World Economy

What the EM sell-off means for European stocks

As pressure remains on emerging markets, Goldman Sachs has warned over European equities' sensitivity to the region, with some indexes particularly exposed.

European stocks are more sensitive to emerging markets than their U.S. counterparts, Goldman said in note on Friday, and were generally highly exposed to the region's end markets in sales terms.

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"The prospects for EM (emerging market) economies and the timing of any recovery in their markets is an important consideration for investors in European equities," analysts led by Caesar Maasry wrote.

Emerging markets have taken a battering over the past week, amid growing worries about some countries' fundamentals, and the winding down of monetary stimulus in the U.S. On Wednesday, the Federal Reserve confirmed that it would scale back its monthly bond-buying program — which has boosted risk sentiment and emerging markets as a result — by another $10 billion.

(Read more: Emerging market rout 'a long time coming': Rhodes)

The sell-off steadied on Friday, but concerns about the region continue, leading investors to look to developed markets like Europe as an alternative.

EM 'slaughter' dominating markets: Pro

The indexes in Europe most affected by emerging market (including Asia) movements were Switzerland's SMI, with 31 percent sales exposure to the region, Norway's OBX, at 28 percent, and Spain's IBEX with 26 percent exposure.

London's FTSE 100 has 24 percent exposure, while the Europe STOXX 600's sales exposure came in at 18 percent, according to Goldman.

Outflows to Europe

But even before the worst of the rout took hold, money was pouring out of emerging markets and into Europe, according to EPFR, which provides global asset allocation data.

(Read more: World stocks hit by euro zone, emerging markets woes)

Emerging markets equity funds extended their longest outflow streak since 2002 over the week to January 22, it found, with Europe equity, bond and money market funds taking in more than $22 billion.

Some analysts have argued that despite their exposure, European markets should remain relatively unaffected by the emerging market tensions.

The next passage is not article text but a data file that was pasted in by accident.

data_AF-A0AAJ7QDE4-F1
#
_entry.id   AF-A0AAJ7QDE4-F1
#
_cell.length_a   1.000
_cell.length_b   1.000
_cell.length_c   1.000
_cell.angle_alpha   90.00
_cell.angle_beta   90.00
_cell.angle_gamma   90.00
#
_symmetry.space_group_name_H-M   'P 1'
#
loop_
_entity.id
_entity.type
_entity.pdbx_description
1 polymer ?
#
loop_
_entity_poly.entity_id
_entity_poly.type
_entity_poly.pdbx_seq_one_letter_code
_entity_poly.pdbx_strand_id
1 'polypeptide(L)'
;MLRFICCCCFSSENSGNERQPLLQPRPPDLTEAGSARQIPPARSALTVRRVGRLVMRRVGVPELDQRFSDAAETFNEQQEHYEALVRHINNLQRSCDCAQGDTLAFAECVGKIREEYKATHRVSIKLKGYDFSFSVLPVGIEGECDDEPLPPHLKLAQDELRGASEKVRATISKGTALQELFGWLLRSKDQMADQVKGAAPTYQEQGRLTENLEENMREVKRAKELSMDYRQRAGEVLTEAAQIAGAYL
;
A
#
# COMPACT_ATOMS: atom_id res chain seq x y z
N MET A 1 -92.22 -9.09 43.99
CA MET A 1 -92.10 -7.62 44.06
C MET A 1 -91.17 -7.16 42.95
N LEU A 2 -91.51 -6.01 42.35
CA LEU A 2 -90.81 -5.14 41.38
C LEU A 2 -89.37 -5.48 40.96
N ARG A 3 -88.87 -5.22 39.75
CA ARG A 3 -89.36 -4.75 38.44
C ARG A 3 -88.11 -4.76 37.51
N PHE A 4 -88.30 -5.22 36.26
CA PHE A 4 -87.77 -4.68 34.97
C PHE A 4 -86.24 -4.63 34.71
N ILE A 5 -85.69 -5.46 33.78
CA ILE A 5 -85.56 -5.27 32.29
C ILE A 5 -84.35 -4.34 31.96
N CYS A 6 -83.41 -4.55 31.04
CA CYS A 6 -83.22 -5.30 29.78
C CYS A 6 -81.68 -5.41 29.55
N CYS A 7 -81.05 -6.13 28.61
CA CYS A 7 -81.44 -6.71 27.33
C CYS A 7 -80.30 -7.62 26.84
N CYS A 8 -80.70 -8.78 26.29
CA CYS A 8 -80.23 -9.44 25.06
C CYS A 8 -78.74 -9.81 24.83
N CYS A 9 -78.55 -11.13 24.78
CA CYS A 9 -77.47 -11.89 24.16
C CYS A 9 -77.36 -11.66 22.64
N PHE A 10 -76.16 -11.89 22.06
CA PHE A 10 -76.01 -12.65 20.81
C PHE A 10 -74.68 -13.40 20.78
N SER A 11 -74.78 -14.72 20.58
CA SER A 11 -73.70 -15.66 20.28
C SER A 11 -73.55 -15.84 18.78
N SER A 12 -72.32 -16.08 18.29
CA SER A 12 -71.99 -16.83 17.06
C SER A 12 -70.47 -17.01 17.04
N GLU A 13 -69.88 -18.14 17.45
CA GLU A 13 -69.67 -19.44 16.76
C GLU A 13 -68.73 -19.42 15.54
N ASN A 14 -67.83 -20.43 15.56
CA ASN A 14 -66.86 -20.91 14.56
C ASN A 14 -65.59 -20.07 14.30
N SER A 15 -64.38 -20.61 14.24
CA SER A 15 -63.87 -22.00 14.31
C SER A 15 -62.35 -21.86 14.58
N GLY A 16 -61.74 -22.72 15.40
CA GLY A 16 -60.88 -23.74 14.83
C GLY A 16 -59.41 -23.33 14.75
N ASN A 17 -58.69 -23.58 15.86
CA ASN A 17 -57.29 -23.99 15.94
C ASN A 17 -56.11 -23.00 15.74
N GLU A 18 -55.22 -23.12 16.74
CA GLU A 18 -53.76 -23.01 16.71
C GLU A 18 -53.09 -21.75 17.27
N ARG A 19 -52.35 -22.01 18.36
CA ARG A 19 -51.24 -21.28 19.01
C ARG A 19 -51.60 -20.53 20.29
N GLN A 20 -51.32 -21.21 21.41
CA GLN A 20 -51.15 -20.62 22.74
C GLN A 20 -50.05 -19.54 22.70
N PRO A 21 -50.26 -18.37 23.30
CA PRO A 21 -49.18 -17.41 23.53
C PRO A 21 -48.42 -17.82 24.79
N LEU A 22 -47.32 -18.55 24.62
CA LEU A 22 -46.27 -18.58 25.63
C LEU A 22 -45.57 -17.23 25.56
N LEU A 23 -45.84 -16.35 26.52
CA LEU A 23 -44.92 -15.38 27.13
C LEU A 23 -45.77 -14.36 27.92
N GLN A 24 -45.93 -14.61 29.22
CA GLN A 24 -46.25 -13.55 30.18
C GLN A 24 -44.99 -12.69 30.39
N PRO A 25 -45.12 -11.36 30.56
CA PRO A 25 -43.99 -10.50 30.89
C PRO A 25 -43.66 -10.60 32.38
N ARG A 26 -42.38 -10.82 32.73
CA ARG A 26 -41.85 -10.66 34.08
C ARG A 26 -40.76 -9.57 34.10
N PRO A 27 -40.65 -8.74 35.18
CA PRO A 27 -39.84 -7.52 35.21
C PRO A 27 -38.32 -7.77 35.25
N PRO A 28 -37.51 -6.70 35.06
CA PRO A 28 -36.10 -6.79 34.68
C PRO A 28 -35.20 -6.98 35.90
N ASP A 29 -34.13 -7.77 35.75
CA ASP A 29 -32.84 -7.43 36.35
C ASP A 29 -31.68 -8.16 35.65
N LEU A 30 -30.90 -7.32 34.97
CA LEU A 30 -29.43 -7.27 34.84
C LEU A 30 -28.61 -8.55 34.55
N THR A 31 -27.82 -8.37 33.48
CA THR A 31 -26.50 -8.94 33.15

"EM concerns are really dominating all thinking at the moment, and the concern is what kind of contagion will we get," Bill Blain, senior fixed income broker at Mint Partners told CNBC.

"It hasn't happened yet to the extent that it could. It you look at the performance of the developed markets we haven't seen the kind of ructions that we have seen (in the past)."

Dan Morris, global investment strategist at TIAA-CREF, told CNBC that despite the emerging market pressure, was optimistic for equity returns in developed markets this year.

(Read more: Could this currency sell off like Argentina's peso?)

"Overall we think the environment is relatively benign and there's still opportunities," he said, adding that "the potential probably is actually in developed markets this year rather than emerging markets."

Basic resources weigh

Goldman Sachs stressed that the markets in Europe most sensitive to the region had a high weighting of basic resource stocks – which has the highest exposure of any sector to emerging markets.

In the STOXX 600, 38 percent of basic resource stocks were exposed to emerging markets, followed by the chemicals and technology sectors – both at 28 percent.

Goldman was quick to point out, however, that it was important to differentiate between Europe's emerging market-exposed stocks.

"Not all EM exposed companies have performed equally. The relative performance has varied depending on whether companies are facing consumers or industrial customers," Maasry said.

In response to the recent heightened risks in emerging markets, therefore, the investment bank made two changes to its equity recommendations.

Firstly, it took off its recommendation to be long the FTSE 100 versus the SMI.

(Read more: Why people fear a shadow banking crisis in China)

"While both indices have high EM-exposure, FTSE 100 exposure is far more industrial and commodity-related which we see as more vulnerable," Maasry said.

And secondly, it removed its recommended long position in luxury goods relative to food products.

"While we continue to be positive on the longer-term prospects for this sector (luxury goods), and for EM consumer exposure more generally, current uncertainties raise the risks to this idea in the short term," Maasry added.

By CNBC's Katrina Bishop. Follow her on Twitter @KatrinaBishopand Google

Correction: This article has been updated to reflect that Dan Morris is the global investment strategist at TIAA-CREF.